They work because machine vision and human vision are different
POWERED BY advances in artificial intelligence (AI), face-recognition systems are spreading like knotweed. Facebook, a social network, uses the technology to label people in uploaded photographs. Modern smartphones can be unlocked with it. Some banks employ it to verify transactions. Supermarkets watch for under-age drinkers. Advertising billboards assess consumers’ reactions to their contents. America’s Department of Homeland Security reckons face recognition will scrutinise 97% of outbound airline passengers by 2023. Networks of face-recognition cameras are part of the police state China has built in Xinjiang, in the country’s far west. And a number of British police forces have tested the technology as a tool of mass surveillance in trials designed to spot criminals on the street.
A backlash, though, is brewing. The authorities in several American cities, including San Francisco and Oakland, have forbidden agencies such as the police from using the technology. In Britain, members of parliament have called, so far without success, for a ban on police tests. Refuseniks can also take matters into their own hands by trying to hide their faces from the cameras or, as has happened recently during protests in Hong Kong, by pointing hand-held lasers at CCTV cameras. to dazzle them (see picture). Meanwhile, a small but growing group of privacy campaigners and academics are looking at ways to subvert the underlying technology directly.
Put your best face forward
Face recognition relies on machine learning, a subfield of AI in which computers teach themselves to do tasks that their programmers are unable to explain to them explicitly. First, a system is trained on thousands of examples of human faces. By rewarding it when it correctly identifies a face, and penalising it when it does not, it can be taught to distinguish images that contain faces from those that do not. Once it has an idea what a face looks like, the system can then begin to distinguish one face from another. The specifics vary, depending on the algorithm, but usually involve a mathematical representation of a number of crucial anatomical points, such as the location of the nose relative to other facial features, or the distance between the eyes.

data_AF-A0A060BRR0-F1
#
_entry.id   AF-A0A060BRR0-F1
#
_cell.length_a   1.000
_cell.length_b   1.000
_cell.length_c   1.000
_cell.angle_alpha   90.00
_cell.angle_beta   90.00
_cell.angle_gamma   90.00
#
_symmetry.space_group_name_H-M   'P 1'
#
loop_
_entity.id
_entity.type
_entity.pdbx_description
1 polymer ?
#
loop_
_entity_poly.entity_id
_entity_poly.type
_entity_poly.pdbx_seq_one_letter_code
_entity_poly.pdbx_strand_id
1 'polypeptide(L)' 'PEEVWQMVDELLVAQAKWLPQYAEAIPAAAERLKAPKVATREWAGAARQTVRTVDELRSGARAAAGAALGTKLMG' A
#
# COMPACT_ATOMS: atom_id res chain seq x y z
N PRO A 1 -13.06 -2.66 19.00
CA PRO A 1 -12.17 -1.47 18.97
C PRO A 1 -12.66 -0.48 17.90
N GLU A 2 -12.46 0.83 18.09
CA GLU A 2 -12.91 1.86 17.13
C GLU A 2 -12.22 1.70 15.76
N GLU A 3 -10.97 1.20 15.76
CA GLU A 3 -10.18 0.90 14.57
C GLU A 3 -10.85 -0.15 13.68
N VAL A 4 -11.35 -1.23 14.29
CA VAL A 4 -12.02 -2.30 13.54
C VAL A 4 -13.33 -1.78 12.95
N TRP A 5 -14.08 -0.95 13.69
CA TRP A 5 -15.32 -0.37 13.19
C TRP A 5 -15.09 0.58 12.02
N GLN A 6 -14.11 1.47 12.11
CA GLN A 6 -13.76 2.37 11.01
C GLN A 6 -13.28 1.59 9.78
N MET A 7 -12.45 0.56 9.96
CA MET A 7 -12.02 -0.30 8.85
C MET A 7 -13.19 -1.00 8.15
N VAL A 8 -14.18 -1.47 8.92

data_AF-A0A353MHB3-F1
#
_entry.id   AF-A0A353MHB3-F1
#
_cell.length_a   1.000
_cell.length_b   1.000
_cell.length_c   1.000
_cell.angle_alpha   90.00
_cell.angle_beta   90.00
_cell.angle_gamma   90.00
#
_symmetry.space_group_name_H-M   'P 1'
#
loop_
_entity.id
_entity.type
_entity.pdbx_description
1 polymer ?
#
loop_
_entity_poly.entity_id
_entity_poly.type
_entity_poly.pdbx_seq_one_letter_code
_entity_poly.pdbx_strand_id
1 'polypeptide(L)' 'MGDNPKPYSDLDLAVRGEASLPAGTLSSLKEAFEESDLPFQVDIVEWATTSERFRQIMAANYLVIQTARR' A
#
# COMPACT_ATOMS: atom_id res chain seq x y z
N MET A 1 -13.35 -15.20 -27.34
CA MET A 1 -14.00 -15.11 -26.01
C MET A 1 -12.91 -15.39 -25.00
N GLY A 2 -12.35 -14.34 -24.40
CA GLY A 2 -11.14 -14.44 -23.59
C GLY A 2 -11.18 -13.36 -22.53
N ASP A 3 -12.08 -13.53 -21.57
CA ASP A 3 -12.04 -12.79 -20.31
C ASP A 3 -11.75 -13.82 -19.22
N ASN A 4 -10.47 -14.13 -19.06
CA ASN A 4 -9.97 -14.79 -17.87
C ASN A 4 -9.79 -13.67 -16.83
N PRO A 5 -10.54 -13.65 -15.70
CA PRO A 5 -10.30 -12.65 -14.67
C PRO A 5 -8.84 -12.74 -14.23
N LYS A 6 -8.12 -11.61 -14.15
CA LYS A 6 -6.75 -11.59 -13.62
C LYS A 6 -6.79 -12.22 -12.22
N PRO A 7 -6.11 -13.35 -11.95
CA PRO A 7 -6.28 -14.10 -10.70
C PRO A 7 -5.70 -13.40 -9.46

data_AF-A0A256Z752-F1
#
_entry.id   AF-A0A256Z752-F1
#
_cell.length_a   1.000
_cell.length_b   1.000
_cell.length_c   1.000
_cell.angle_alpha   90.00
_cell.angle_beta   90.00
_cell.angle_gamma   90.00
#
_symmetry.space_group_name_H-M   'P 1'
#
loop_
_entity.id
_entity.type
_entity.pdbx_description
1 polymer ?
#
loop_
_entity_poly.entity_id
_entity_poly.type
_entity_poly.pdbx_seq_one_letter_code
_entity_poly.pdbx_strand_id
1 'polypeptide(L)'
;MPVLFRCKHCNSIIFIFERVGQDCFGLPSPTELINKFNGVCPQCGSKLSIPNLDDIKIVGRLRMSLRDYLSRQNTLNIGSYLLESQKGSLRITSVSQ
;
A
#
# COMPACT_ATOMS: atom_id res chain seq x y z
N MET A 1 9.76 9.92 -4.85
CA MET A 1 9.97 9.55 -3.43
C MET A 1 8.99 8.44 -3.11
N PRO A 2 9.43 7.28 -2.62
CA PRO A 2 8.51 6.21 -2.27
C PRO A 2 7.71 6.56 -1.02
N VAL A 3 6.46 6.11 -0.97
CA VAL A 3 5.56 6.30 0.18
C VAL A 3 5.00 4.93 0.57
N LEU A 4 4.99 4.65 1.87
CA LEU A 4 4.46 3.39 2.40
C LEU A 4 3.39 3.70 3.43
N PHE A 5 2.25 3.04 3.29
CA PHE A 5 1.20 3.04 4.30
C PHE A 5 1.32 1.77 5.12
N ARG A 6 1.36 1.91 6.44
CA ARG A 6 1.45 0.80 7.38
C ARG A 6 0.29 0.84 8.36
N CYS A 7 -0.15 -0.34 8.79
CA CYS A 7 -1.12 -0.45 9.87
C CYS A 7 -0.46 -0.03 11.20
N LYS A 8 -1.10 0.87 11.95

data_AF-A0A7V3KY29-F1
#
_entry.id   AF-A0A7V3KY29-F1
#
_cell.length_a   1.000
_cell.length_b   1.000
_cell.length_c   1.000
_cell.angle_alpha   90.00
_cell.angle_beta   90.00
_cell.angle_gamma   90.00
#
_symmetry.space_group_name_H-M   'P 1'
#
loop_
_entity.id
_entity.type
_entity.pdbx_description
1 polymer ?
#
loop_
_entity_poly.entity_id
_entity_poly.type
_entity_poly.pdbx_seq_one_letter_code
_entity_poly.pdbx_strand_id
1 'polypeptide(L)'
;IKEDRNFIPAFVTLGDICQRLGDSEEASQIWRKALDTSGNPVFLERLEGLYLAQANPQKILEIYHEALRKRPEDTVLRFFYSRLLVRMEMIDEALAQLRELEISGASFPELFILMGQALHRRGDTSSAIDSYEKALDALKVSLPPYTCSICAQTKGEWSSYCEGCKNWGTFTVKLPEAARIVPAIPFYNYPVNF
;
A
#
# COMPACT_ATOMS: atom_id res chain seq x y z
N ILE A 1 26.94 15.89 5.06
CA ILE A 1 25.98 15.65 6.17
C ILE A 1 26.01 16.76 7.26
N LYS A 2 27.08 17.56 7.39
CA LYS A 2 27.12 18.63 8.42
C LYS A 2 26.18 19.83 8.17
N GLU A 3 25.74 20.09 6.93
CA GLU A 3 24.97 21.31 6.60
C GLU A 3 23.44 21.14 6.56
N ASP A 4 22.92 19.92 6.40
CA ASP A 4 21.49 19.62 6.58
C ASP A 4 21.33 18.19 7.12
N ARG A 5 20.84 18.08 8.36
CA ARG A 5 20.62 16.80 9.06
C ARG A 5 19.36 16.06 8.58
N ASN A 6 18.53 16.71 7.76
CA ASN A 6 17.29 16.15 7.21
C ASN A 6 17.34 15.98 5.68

In laboratory tests, such systems can be extremely accurate. One survey by the NIST, an America standards-setting body, found that, between 2014 and 2018, the ability of face-recognition software to match an image of a known person with the image of that person held in a database improved from 96% to 99.8%. But because the machines have taught themselves, the visual systems they have come up with are bespoke. Computer vision, in other words, is nothing like the human sort. And that can provide plenty of chinks in an algorithm’s armour.
In 2010, for instance, as part of a thesis for a master’s degree at New York University, an American researcher and artist named Adam Harvey created “CV[computer vision] Dazzle”, a style of make-up designed to fool face recognisers. It uses bright colours, high contrast, graded shading and asymmetric stylings to confound an algorithm’s assumptions about what a face looks like. To a human being, the result is still clearly a face. But a computer—or, at least, the specific algorithm Mr Harvey was aiming at—is baffled.
Dramatic make-up is likely to attract more attention from other people than it deflects from machines. HyperFace is a newer project of Mr Harvey’s. Where CV Dazzle aims to alter faces, HyperFace aims to hide them among dozens of fakes. It uses blocky, semi-abstract and comparatively innocent-looking patterns that are designed to appeal as strongly as possible to face classifiers. The idea is to disguise the real thing among a sea of false positives. Clothes with the pattern, which features lines and sets of dark spots vaguely reminiscent of mouths and pairs of eyes (see photograph), are already available.